Then you get to things that we simply don't know yet. They are potentially knowable, but we don't know them. I'd put things like the physical cause of "the soul" (will and consciousness), here. There are a lot of people trying to figure it out, and it's possible that in the future some religious belief will be contradicted by evidence and reason. But at the present time, we don't know - all anyone has right now is a belief or a hunch or a gut feeling. In this case, perhaps, most people who lean towards atheism lean towards one answer and most people who lean towards religion lean towards another. But that's all there is - a lean - there isn't a clean line and there isn't a clean disharmony between the two views, at least in principle.

Of course, there are quite a few things that we do know, and that are hard to contest using reason and evidence, but are still contested issues simply because religious people make them so. For example, evolution. We've seen evolution take place in petri dishes (see here) and the paleontological and genetic evidence of relation between humans and other primates is huge, but there are still crackpots and religious nutters saying that all of that means nothing, because of a passage in the Bible or the Koran or whatever that says God created man in his image, period, end of story. Or who are masquerading as scientists saying that life is "too complex" to have developed through a process of natural selection (something which is, it seems to me, complete bullshit). This one, in my opinion, comes down pretty clearly to religion versus science. Either you believe what is written in the Bible or you believe in what we have learned and theorized and figured out. You can't believe both. Here, religion and science are directly at odds. There are religious people who believe in Darwin's theory of Evolution through Natural Selection, but they are choosing which parts of their religion to believe. And that's a slippery slope, because if you only believe some parts of the Bible literally, then why should you believe any of it? If you don't believe the Bible when it tells you that the ratio between a circle's circumference and its diameter is 3, why do you believe the Bible when it tells you that homosexuality is a sin, and why do you believe the Bible when it tells you that Man was Created in God's image?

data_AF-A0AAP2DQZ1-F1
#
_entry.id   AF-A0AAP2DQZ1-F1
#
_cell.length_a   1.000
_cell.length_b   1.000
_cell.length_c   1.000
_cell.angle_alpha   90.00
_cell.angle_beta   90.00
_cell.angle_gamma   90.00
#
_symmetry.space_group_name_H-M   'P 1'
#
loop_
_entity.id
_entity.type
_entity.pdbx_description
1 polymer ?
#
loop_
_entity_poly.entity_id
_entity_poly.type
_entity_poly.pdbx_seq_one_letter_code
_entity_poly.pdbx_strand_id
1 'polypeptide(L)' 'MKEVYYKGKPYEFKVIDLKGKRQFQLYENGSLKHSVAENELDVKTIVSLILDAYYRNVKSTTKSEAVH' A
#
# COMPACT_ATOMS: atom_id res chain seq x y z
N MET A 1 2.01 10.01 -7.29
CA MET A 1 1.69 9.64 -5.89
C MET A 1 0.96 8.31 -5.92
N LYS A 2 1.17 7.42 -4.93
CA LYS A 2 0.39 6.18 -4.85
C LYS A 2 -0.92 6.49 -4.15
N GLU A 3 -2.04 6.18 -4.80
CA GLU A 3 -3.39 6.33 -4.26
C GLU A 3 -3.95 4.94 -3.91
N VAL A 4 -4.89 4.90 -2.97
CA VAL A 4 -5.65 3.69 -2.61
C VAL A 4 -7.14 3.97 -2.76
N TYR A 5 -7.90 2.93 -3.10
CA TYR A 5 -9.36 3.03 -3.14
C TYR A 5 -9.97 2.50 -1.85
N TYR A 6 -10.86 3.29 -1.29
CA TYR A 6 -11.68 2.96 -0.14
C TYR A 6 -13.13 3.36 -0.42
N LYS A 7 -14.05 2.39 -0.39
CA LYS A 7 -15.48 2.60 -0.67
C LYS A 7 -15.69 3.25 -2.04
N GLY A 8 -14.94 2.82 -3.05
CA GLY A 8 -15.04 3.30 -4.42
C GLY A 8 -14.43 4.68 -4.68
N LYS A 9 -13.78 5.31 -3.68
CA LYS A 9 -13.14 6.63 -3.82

But the point is that it's a continuum. There are plenty of things that the scientific community isn't quite certian of and religious views push you one way or another on. There are all sorts of intermediates. And you have to draw a line somewhere, except there's absolutely no clear place to do it. And so 44% of Americans say they judge atheists harshly, and people like Sam Harris say that the "forces of unreason" are attacking science, and we have to fight back or we will be defeated.